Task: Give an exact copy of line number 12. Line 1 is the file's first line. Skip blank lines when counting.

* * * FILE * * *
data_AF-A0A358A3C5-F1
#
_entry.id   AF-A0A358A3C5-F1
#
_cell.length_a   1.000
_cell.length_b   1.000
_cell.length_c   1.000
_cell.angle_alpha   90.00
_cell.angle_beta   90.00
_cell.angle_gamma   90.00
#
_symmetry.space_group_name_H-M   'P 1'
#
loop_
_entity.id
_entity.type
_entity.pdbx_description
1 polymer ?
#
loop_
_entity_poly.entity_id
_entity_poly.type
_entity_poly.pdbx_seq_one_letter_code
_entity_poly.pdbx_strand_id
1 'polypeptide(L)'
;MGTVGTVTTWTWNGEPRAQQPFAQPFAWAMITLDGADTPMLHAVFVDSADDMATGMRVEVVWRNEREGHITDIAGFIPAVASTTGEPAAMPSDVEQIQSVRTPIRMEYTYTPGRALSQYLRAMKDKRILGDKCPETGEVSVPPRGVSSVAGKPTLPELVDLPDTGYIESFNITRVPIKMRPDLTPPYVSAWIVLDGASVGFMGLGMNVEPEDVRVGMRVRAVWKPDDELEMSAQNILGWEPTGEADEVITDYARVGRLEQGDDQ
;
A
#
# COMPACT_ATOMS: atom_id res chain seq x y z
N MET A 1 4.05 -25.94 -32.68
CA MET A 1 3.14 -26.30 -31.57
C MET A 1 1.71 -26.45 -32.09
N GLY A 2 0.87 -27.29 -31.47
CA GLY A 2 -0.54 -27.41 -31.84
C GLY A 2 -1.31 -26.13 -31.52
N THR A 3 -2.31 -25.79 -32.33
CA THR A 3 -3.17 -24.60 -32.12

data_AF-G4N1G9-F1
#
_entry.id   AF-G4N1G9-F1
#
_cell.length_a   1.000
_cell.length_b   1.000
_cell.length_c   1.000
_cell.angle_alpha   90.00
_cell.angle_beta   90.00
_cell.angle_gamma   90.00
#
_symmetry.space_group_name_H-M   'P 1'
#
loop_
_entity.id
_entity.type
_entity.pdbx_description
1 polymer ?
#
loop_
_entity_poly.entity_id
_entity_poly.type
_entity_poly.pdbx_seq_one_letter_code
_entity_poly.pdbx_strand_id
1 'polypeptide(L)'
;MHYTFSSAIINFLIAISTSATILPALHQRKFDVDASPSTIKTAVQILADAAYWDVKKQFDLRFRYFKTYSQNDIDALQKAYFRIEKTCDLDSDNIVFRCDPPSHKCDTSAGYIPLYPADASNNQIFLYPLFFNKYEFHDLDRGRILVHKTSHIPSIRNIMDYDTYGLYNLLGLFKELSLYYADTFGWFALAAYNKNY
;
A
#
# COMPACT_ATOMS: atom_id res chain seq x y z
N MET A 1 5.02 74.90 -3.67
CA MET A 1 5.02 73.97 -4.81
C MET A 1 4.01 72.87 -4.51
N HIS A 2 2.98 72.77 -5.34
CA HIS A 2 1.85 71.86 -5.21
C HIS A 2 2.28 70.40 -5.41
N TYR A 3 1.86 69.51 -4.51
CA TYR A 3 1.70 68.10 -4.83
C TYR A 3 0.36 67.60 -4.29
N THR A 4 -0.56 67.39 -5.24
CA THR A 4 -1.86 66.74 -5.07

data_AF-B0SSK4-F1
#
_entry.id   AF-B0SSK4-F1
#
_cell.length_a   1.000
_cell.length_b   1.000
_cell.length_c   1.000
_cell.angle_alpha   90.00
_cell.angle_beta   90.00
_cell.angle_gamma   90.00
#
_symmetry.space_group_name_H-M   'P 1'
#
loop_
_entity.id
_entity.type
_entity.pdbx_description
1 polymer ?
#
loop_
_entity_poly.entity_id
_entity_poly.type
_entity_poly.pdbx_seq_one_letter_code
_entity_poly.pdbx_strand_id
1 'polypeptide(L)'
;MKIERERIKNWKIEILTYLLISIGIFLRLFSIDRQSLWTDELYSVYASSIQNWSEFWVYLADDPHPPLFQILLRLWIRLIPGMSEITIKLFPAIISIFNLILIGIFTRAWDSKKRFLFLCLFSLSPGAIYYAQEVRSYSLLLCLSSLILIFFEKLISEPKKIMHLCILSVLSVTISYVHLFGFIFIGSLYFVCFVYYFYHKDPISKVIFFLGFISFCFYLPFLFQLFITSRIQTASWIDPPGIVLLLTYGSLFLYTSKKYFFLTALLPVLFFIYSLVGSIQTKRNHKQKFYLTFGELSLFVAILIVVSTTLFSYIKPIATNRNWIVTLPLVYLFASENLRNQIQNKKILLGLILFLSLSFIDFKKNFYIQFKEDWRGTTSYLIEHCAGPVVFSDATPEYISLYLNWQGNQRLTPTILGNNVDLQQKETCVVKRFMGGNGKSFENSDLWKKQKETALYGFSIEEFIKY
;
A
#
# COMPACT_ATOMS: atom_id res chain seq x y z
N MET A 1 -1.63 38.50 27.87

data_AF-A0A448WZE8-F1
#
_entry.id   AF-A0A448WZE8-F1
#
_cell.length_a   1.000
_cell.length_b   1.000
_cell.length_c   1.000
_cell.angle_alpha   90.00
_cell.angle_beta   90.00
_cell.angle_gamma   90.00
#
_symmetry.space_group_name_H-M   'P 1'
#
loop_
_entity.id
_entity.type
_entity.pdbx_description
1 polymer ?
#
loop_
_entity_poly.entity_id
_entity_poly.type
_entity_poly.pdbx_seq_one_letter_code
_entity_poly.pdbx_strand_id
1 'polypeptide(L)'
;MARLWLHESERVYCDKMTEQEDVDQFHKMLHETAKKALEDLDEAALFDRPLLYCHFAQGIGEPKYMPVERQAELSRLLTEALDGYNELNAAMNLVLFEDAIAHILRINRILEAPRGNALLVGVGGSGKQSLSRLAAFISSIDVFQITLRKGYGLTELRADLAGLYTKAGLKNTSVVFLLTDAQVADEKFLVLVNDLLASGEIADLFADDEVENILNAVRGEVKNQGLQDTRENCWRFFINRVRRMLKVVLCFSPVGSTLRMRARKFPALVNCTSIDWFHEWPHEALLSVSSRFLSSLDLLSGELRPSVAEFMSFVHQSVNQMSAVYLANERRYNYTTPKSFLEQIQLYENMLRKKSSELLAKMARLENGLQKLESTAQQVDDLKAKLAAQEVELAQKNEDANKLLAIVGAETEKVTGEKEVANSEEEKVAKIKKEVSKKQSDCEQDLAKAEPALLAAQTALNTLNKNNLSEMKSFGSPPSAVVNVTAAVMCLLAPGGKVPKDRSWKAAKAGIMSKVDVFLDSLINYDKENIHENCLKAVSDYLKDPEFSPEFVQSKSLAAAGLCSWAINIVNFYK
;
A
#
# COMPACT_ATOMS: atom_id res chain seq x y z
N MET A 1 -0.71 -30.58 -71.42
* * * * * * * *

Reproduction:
_symmetry.space_group_name_H-M   'P 1'